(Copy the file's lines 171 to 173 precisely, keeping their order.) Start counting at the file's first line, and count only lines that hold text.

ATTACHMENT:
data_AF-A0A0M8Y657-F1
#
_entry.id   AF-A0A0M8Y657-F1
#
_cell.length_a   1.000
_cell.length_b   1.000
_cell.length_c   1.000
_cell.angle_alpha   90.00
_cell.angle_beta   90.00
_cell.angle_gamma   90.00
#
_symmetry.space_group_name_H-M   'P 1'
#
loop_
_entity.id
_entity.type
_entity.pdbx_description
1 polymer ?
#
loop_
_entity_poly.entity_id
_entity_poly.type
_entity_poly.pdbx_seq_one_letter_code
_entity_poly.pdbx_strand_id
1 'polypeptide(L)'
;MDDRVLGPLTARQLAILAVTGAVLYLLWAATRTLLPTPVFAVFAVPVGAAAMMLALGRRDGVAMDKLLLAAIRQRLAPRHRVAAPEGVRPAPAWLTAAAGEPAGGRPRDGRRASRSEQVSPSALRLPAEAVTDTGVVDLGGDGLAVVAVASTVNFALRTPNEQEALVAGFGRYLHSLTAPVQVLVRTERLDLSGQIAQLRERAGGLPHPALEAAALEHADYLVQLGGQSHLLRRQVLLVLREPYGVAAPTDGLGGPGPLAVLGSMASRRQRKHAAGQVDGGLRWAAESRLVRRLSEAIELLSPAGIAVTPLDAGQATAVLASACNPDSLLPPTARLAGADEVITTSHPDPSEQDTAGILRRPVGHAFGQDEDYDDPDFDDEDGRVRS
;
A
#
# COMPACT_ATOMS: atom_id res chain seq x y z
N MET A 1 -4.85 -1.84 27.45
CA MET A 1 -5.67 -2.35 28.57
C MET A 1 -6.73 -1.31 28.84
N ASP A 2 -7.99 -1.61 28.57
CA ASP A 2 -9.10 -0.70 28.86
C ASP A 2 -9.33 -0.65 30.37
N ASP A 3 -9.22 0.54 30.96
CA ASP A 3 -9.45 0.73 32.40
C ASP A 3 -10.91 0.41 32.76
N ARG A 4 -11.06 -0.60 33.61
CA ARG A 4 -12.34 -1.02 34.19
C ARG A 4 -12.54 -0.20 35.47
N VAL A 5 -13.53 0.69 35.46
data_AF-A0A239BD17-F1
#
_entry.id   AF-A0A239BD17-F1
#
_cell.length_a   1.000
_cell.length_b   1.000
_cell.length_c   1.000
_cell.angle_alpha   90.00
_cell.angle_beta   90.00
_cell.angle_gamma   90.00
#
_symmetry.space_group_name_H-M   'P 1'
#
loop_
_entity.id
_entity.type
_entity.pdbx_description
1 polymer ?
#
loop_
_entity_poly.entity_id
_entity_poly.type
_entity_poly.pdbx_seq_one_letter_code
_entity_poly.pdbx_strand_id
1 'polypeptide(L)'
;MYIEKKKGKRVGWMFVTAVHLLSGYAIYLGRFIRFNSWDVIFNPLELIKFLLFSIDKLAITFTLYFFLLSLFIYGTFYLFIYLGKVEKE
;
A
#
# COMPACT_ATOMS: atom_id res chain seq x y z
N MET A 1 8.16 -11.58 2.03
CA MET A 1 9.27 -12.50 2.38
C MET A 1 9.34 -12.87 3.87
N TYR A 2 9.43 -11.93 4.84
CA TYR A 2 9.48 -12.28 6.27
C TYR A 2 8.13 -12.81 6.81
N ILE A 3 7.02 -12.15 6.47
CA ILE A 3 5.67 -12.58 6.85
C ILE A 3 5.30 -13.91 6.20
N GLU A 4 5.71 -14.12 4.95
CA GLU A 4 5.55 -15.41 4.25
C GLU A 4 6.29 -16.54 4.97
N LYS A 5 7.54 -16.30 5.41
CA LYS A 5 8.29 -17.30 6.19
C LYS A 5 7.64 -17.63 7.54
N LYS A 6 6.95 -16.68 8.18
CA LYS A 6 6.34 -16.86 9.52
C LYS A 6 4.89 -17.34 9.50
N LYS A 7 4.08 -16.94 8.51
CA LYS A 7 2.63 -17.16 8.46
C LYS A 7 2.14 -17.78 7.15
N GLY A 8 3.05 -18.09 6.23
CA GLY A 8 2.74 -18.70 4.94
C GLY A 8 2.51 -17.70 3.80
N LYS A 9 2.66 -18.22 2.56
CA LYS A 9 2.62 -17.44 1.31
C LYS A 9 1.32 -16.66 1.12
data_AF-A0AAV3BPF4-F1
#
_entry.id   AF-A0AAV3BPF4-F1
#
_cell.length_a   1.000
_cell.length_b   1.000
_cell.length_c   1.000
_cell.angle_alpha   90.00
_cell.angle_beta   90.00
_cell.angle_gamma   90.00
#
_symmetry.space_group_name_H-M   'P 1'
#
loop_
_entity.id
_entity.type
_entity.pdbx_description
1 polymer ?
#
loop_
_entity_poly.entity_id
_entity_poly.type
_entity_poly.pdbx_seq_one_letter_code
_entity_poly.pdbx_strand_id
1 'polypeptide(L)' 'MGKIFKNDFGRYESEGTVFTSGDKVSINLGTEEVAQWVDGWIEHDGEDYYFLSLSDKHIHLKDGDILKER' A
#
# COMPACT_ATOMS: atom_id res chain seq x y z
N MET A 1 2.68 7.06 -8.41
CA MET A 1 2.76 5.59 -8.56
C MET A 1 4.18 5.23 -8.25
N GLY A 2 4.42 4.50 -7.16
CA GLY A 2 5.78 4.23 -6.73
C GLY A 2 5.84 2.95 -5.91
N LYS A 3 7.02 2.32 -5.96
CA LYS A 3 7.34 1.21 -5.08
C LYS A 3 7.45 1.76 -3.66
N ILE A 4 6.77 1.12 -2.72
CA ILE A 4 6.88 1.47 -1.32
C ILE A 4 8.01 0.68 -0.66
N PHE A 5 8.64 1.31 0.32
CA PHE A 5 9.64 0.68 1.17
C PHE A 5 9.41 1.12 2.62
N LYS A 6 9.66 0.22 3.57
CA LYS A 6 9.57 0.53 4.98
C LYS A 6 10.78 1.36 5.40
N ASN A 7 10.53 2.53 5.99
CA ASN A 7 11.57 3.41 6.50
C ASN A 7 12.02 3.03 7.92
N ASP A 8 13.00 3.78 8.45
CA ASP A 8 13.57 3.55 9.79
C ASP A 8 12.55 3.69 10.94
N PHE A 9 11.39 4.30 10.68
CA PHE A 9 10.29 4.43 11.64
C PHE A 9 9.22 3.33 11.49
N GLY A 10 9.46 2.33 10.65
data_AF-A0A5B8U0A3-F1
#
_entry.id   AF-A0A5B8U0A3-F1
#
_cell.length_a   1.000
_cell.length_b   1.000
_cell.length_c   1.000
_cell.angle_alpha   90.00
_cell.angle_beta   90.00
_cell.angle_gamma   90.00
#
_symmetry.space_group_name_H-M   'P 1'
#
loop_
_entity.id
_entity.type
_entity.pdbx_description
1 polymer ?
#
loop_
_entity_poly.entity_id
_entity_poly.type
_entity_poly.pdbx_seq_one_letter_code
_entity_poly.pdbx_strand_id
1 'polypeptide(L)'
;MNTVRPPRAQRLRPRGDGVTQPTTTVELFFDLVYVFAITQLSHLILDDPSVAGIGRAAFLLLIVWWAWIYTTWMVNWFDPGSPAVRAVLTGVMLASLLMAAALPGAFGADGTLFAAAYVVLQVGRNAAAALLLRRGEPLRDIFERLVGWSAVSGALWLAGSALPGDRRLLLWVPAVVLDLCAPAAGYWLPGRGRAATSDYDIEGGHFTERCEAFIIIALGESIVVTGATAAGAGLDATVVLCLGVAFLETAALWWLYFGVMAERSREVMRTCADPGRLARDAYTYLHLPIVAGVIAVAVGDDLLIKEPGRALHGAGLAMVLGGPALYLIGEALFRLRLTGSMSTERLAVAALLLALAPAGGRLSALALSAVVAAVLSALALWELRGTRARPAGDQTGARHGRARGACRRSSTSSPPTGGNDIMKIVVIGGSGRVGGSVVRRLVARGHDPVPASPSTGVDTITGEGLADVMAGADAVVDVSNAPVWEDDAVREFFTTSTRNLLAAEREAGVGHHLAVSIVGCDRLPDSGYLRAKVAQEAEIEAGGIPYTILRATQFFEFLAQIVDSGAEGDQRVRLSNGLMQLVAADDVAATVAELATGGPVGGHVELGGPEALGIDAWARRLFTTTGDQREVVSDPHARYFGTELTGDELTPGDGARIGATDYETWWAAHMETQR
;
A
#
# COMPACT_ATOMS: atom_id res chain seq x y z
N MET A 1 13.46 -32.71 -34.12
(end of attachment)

_entity.type
_entity.pdbx_description
1 polymer ?